Intel (NASDAQ:INTC) CFO Stacy Smith recently participated in Pacific Crest's Global Technology Leadership Forum. The event was hosted in a question-and-answer format during which both analysts from Pacific Crest, as well as members of the audience, were able to ask the Intel executive questions.
Although there was far more said on the conference than I could possibly hope to cover here, I would like to highlight three items discussed on the call that stood out as particularly helpful to me as an Intel investor.
How can Intel stabilize PC-related revenue?
According to Smith, Intel is able to deliver revenue growth in an environment in which the PC market declines at a mid-single-digit percentage clip. But when those declines become greater, the declines from the PC market essentially cancel out the growth that the company sees from other business segments such as its data center group.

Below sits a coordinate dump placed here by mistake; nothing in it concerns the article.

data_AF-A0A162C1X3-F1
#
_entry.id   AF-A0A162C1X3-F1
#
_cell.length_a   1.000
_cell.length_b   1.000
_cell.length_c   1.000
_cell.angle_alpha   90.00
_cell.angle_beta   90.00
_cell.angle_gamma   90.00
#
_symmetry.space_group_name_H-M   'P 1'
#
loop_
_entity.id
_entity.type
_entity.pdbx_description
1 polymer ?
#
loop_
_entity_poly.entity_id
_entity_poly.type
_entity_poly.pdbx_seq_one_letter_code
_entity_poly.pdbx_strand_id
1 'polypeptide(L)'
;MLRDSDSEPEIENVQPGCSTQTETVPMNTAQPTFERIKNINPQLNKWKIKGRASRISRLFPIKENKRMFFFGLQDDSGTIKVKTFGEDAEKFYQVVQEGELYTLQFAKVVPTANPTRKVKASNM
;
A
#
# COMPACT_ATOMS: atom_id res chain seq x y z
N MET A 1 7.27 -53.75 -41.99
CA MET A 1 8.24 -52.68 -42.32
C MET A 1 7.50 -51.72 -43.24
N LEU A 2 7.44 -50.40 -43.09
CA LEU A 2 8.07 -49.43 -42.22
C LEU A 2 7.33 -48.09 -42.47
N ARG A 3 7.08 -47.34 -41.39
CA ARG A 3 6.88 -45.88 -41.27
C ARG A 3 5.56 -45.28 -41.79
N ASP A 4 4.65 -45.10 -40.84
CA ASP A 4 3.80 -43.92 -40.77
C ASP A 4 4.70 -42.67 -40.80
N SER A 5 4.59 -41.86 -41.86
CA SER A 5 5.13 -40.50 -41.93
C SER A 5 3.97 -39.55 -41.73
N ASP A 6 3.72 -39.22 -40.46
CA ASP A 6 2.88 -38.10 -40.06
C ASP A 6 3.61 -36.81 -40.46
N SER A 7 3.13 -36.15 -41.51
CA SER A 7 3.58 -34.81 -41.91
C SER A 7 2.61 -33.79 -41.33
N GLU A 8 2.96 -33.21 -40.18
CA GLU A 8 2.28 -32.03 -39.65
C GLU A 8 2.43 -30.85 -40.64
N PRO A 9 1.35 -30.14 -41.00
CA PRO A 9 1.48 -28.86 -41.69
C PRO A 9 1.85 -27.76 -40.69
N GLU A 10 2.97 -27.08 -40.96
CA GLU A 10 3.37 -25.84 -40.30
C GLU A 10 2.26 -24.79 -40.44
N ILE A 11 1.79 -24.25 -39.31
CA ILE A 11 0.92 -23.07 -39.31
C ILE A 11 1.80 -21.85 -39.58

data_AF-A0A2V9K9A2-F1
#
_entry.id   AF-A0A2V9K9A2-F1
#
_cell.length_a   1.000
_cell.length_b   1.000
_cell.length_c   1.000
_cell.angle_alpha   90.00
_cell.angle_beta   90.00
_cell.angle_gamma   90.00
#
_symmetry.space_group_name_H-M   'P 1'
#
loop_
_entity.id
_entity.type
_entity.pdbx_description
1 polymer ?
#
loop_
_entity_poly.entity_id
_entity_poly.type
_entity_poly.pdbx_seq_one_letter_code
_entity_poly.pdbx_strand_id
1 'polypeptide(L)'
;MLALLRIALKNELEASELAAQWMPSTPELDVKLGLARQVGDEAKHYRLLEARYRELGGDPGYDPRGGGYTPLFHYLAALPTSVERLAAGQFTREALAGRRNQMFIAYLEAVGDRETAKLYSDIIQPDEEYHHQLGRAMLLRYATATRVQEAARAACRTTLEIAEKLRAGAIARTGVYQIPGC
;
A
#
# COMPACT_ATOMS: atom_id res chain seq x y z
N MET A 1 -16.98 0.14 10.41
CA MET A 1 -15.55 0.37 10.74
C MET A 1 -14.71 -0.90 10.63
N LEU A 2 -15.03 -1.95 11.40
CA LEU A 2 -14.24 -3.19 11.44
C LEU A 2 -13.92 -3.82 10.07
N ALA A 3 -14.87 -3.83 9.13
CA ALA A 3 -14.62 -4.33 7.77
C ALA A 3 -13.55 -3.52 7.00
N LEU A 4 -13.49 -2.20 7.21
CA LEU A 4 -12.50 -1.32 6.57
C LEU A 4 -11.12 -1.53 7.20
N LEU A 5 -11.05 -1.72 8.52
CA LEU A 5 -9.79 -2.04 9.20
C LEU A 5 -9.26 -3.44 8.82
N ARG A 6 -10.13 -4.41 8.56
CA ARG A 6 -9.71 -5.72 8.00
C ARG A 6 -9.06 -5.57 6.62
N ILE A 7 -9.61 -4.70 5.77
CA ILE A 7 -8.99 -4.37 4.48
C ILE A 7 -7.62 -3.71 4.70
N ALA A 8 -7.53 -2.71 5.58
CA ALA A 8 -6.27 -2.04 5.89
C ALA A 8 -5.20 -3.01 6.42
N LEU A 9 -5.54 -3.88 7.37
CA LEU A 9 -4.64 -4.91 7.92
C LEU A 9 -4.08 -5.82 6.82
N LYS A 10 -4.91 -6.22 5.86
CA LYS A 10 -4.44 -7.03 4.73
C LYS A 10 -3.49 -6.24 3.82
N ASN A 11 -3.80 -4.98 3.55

This dynamic, according to Smith, leads Intel to place a heavy emphasis on what the company needs to do in order to "stay innovative in the PC category."
So, what exactly does Intel do to "stay innovative" in this market?
"First and foremost, the process technology leadership we have, and the kinds of products we bring to the market enable new classes of devices," Smith said.
Examples of such devices, according to Smith, include 2-in-1 convertibles and "detachable" notebook/tablet hybrids. He also pointed to the fact that notebooks have become "very thin and light."
Looking ahead, Smith says that there will be a "very exciting selection of devices" based on the company's new Skylake processors coming to market during the second half of 2015.
Smith also highlighted the company's high-performance processors aimed at gamers, as well as low-cost processors that bring PC price points lower for "first-time buyers."
Taking a big picture view, Smith indicated that Intel's PC processor offerings are significantly more "segmented" today than they have been in prior years.